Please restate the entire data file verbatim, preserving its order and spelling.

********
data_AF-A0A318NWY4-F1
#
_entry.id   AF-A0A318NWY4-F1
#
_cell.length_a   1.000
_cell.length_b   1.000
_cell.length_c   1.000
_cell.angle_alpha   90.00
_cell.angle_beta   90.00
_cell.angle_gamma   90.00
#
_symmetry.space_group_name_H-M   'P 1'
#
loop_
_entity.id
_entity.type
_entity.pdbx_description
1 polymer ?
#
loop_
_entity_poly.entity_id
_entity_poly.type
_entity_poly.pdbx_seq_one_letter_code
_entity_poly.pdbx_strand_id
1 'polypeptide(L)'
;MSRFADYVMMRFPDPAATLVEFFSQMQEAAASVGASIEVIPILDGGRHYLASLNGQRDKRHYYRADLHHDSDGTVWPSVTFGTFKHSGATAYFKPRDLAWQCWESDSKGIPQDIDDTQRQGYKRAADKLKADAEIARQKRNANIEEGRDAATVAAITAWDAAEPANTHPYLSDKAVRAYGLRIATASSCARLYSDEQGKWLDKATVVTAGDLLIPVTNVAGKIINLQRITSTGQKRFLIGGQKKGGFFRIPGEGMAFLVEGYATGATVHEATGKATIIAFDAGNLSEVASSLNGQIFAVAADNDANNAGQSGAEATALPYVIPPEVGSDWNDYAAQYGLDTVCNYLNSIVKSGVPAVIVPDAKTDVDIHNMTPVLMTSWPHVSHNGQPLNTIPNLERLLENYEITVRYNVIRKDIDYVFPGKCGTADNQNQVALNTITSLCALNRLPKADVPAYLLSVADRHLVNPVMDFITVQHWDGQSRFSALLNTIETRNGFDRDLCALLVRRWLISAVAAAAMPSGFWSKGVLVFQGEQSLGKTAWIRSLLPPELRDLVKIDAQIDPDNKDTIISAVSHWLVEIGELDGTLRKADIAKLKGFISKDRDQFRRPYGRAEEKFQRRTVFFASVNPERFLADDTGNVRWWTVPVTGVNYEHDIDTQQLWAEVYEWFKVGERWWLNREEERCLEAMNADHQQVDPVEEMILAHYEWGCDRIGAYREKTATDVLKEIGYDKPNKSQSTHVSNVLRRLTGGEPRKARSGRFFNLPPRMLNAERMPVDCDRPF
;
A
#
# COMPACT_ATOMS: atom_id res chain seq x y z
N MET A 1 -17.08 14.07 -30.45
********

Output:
data_AF-A0A318NWY4-F1
#
_entry.id   AF-A0A318NWY4-F1
#
_cell.length_a   1.000
_cell.length_b   1.000
_cell.length_c   1.000
_cell.angle_alpha   90.00
_cell.angle_beta   90.00
_cell.angle_gamma   90.00
#
_symmetry.space_group_name_H-M   'P 1'
#
loop_
_entity.id
_entity.type
_entity.pdbx_description
1 polymer ?
#
loop_
_entity_poly.entity_id
_entity_poly.type
_entity_poly.pdbx_seq_one_letter_code
_entity_poly.pdbx_strand_id
1 'polypeptide(L)'
;MSRFADYVMMRFPDPAATLVEFFSQMQEAAASVGASIEVIPILDGGRHYLASLNGQRDKRHYYRADLHHDSDGTVWPSVTFGTFKHSGATAYFKPRDLAWQCWESDSKGIPQDIDDTQRQGYKRAADKLKADAEIARQKRNANIEEGRDAATVAAITAWDAAEPANTHPYLSDKAVRAYGLRIATASSCARLYSDEQGKWLDKATVVTAGDLLIPVTNVAGKIINLQRITSTGQKRFLIGGQKKGGFFRIPGEGMAFLVEGYATGATVHEATGKATIIAFDAGNLSEVASSLNGQIFAVAADNDANNAGQSGAEATALPYVIPPEVGSDWNDYAAQYGLDTVCNYLNSIVKSGVPAVIVPDAKTDVDIHNMTPVLMTSWPHVSHNGQPLNTIPNLERLLENYEITVRYNVIRKDIDYVFPGKCGTADNQNQVALNTITSLCALNRLPKADVPAYLLSVADRHLVNPVMDFITVQHWDGQSRFSALLNTIETRNGFDRDLCALLVRRWLISAVAAAAMPSGFWSKGVLVFQGEQSLGKTAWIRSLLPPELRDLVKIDAQIDPDNKDTIISAVSHWLVEIGELDGTLRKADIAKLKGFISKDRDQFRRPYGRAEEKFQRRTVFFASVNPERFLADDTGNVRWWTVPVTGVNYEHDIDTQQLWAEVYEWFKVGERWWLNREEERCLEAMNADHQQVDPVEEMILAHYEWGCDRIGAYREKTATDVLKEIGYDKPNKSQSTHVSNVLRRLTGGEPRKARSGRFFNLPPRMLNAERMPVDCDRPF
;
A
#
# COMPACT_ATOMS: atom_id res chain seq x y z
N MET A 1 -17.08 14.07 -30.45